Iran’s nuclear chief and the head of the UN’s nuclear agency have exchanged views on clarification of outstanding safeguards issues, as attempts to revive the US-abandoned nuclear deal stall.
Head of the Atomic Energy Organization of Iran (AEOI) Mohammad Eslami and Director General of the International Atomic Energy Agency (IAEA) Rafael Mariano Grossi met in the Austrian capital of Vienna on the sidelines of the 66th Regular Session of the IAEA General Conference.
Dialogue has restarted with #Iran on clarification of outstanding safeguards issues. I received Mohammad Eslami, Vice-President and Head of the Atomic Energy Organization of Iran 🇮🇷, during @IAEAorg's #IAEAGC. pic.twitter.com/94sIgMUeOS— Rafael MarianoGrossi (@rafaelmgrossi) September 26, 2022
“Dialogue has restarted with Iran on clarification of outstanding safeguards issues,” Grossi said in a tweet later in the day, posting pictures of his meeting with Eslami.
In an earlier address to the IAEA General Conference, the top Iranian official had strongly rejected all accusations, including those by the UN nuclear watchdog, about the existence of undeclared nuclear activities or material in Iran, saying they were merely based on “fake” and “incorrect” information providing by the “usurping regime of Israel.”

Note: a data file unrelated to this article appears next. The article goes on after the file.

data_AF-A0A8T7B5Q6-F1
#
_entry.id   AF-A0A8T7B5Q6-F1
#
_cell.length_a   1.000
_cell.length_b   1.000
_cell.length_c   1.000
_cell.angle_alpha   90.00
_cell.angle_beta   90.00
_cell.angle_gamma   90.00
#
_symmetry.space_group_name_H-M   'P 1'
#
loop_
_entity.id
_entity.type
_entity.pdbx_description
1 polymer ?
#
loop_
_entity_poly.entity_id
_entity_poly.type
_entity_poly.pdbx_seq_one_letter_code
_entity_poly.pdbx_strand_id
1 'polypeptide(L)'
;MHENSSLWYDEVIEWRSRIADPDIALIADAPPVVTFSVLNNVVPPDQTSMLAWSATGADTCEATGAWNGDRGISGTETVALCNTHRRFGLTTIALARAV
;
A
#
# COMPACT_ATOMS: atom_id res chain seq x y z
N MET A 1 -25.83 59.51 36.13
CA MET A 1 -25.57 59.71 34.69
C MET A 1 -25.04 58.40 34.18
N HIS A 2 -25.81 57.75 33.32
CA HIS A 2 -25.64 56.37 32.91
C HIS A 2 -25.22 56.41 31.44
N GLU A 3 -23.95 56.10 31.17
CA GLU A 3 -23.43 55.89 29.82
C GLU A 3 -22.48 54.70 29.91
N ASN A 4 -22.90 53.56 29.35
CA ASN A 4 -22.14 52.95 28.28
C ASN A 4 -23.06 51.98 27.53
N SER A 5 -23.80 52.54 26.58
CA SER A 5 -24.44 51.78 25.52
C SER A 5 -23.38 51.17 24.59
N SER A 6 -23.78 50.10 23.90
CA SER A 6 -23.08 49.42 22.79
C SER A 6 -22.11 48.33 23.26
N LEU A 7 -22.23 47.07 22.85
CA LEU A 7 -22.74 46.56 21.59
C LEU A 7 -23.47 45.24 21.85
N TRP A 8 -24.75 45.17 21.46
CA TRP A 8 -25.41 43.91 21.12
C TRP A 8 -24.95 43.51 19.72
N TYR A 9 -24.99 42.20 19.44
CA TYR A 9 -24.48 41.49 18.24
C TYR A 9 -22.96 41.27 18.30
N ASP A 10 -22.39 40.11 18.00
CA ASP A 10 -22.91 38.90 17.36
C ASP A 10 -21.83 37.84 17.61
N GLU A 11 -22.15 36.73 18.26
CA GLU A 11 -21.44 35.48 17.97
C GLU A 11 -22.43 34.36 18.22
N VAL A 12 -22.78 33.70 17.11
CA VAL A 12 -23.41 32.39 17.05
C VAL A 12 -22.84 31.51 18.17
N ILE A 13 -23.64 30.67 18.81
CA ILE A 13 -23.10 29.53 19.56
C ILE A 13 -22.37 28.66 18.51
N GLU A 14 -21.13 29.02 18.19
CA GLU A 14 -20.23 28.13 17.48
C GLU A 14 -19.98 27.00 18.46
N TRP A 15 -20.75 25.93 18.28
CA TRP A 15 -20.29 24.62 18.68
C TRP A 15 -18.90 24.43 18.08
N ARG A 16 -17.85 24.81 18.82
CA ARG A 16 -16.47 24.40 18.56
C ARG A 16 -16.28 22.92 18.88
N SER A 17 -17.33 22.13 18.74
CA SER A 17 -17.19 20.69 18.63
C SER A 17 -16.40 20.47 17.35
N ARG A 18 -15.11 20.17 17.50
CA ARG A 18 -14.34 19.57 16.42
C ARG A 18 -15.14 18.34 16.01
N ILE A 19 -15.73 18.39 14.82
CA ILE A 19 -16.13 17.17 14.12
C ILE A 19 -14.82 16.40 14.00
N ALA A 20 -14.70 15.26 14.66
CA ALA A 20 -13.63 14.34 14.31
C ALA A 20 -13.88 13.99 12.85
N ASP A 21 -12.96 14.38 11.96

Eslami then said the Islamic Republic expects the IAEA to be professional, impartial and independent in its activities, including reporting, inspections and verification.
Iran’s Foreign Minister Hossein Amir-Abdollahian also said that the Islamic Republic is prepared to cooperate with the UN nuclear watchdog on resolving the remaining questions concerning its nuclear activities as long as the agency’s approach to the country is purely technical in nature.
The developments come amid stalled talks in Vienna on reviving the 2015 nuclear deal, officially called the Joint Comprehensive Plan of Action (JCPOA), which was unilaterally abandoned by the United States in 2018.
In exiting the JCPOA, the US initiated a “maximum pressure” policy against Tehran, prompting the Islamic Republic to reduce its nuclear commitments in a legal move stipulated under the deal itself.
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